State Lawmakers Facing $2.1 Billion Hole

ALBANY—State lawmakers will have to wrangle against a $2.1 billion mid-year shortfall in the state budget this September.

The Division of Budget today released the first quarter update to the spending plan adopted in April, which found sales tax and income tax revenues down about $743 million below their projected levels. Over the course of the year, the DOB estimates, these shortfalls (and some increased costs for health and welfare benefits that are up due to the economic climate) will grow to $2.1 billion. There is also an estimate that $30 million has been lost due to litigation over an expansion of the bottle deposit law, and money from video slot machines at Aqueduct Race Track being booked on next year's balance sheets.

The cumulative deficit will grow to $38.2 billion by 2013, but this includes the loss of federal stimulus funding. It's also possible, the report says, that the general fund may run out of money by November or December. If that happens, the state would shift money from other funding pools, officials said.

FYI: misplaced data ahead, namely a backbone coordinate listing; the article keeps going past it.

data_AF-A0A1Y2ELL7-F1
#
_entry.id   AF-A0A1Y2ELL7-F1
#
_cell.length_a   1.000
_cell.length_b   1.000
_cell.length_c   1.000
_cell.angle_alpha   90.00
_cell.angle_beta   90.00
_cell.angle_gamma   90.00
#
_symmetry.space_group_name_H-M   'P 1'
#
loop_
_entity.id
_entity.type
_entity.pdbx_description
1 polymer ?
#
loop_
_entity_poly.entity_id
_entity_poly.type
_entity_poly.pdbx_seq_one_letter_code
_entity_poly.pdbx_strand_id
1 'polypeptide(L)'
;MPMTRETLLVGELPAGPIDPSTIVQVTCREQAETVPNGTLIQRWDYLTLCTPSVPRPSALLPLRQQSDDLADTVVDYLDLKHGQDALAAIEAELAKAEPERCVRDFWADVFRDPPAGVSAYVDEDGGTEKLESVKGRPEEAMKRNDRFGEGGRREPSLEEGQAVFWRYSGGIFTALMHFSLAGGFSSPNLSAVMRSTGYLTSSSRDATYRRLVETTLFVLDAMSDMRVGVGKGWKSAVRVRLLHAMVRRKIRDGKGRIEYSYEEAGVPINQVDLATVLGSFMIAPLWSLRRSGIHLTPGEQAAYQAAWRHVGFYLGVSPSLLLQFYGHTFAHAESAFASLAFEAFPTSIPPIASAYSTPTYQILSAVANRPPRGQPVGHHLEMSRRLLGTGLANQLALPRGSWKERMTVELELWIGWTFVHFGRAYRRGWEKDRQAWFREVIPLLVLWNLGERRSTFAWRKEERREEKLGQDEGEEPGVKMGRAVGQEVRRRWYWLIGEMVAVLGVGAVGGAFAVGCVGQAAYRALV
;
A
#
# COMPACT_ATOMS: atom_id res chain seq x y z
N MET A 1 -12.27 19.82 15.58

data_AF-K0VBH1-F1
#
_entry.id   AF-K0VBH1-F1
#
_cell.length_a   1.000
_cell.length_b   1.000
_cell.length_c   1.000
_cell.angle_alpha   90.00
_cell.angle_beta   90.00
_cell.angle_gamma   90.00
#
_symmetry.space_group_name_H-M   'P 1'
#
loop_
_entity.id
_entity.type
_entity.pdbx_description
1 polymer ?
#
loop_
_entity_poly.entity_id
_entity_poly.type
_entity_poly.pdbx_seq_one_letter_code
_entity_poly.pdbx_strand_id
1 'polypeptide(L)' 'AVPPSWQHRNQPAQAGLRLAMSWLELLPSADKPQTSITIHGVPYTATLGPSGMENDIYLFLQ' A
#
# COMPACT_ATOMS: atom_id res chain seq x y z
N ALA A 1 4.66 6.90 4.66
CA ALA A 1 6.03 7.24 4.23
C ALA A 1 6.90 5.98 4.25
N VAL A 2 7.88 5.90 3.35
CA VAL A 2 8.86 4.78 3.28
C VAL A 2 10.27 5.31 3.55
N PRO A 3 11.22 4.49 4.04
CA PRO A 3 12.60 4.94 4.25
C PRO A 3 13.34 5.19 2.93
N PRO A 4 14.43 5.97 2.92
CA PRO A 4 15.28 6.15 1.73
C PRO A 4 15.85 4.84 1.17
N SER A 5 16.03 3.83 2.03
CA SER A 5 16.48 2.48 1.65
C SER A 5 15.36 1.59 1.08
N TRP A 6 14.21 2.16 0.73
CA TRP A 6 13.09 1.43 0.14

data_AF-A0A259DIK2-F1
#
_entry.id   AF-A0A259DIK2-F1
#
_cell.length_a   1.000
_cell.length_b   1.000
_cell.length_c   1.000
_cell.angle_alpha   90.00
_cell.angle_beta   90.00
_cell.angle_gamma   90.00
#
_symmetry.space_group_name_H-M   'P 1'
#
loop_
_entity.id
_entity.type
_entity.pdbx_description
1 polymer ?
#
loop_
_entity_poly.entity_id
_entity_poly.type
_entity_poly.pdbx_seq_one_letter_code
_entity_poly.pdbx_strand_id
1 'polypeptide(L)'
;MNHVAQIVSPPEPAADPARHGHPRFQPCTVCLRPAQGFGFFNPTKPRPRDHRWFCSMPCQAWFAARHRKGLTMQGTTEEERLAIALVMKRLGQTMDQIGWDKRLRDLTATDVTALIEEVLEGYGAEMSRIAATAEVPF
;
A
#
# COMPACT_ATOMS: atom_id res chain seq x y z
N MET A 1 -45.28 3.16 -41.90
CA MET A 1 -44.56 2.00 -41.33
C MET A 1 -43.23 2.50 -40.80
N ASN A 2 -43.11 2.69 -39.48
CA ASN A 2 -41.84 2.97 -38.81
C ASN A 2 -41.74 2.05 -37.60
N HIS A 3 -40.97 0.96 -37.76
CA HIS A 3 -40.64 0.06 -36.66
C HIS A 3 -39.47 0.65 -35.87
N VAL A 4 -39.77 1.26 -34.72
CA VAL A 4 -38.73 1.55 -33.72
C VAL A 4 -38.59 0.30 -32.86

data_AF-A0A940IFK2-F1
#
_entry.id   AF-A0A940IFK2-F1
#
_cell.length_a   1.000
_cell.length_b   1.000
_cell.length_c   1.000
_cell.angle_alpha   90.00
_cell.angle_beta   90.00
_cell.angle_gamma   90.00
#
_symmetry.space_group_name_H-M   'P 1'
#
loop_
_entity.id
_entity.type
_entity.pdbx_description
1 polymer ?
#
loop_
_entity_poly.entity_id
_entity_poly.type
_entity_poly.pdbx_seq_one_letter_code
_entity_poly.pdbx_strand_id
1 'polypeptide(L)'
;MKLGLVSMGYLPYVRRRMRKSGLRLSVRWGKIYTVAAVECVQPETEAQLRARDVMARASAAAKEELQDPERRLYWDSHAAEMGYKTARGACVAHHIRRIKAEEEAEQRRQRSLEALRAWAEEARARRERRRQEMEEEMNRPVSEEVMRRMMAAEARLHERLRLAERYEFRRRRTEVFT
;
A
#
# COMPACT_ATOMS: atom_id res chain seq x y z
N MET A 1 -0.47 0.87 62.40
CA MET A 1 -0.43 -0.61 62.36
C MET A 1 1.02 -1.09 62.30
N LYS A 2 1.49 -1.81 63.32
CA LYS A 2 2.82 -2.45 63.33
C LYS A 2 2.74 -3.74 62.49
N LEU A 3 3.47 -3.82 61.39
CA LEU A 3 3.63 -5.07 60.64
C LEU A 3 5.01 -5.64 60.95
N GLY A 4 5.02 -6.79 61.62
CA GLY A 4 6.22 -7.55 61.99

David Paterson will present a plan to deal with the deficit in September, the DOB says. He plans to develop it along with Lieutenant Governor Richard Ravitch. In a conference call to reporters, new-Budget Director Bob Megna refused to offer many specifics of the plan, and didn't rule out tax increases, fee increases or further workforce reductions.

"Right now we're in the process of developing the plan, and we need to do that at this point, and we need to focus on reducing spending and keeping spending down," he said during an hour-long conference call with reporters. "We're going to try to stay away from tricks and gimmicks."

Paterson was not on the call. State Lawmakers Facing $2.1 Billion Hole